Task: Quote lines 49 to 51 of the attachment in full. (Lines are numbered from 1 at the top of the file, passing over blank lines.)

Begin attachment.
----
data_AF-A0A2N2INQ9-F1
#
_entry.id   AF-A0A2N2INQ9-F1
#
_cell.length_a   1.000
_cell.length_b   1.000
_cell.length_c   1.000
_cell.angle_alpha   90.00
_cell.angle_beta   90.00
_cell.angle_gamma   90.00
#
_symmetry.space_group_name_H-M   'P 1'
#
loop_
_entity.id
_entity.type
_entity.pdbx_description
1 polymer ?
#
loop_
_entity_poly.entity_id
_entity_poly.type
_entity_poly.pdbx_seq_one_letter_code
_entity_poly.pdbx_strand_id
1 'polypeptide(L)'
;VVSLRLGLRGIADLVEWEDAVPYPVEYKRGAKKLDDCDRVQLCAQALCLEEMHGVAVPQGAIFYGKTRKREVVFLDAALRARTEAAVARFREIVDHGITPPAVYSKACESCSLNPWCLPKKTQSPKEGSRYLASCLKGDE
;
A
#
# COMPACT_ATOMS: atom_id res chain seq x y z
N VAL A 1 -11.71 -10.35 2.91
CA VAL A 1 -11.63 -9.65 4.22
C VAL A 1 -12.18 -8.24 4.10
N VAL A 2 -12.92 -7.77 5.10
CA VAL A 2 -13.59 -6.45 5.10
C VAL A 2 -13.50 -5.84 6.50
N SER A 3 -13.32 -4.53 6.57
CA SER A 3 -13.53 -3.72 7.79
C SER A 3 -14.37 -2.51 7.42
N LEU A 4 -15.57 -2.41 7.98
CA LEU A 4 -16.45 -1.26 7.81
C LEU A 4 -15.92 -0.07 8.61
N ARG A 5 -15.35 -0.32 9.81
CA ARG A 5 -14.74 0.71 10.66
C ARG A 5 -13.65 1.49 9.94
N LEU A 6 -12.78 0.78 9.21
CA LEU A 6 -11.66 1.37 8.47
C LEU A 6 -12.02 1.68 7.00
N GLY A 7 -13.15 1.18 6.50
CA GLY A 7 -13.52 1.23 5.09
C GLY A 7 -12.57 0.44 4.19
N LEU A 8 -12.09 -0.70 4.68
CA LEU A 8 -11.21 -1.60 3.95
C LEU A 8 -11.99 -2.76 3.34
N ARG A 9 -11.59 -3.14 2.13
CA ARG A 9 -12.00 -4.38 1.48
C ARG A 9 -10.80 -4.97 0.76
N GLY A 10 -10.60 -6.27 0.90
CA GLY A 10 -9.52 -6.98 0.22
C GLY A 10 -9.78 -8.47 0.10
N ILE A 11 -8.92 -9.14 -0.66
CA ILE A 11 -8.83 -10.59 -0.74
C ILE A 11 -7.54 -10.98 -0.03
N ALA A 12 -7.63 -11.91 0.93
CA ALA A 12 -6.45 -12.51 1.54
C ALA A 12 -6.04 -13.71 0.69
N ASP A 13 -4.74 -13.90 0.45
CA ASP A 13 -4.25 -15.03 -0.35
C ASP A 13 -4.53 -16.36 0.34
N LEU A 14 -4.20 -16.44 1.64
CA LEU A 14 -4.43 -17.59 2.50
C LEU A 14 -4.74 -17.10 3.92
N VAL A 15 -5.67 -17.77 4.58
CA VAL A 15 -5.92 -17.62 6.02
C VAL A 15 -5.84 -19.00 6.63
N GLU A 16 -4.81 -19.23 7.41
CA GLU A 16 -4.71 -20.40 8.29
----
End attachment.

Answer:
N GLY A 7 -13.15 1.18 6.50
CA GLY A 7 -13.52 1.23 5.09
C GLY A 7 -12.57 0.44 4.19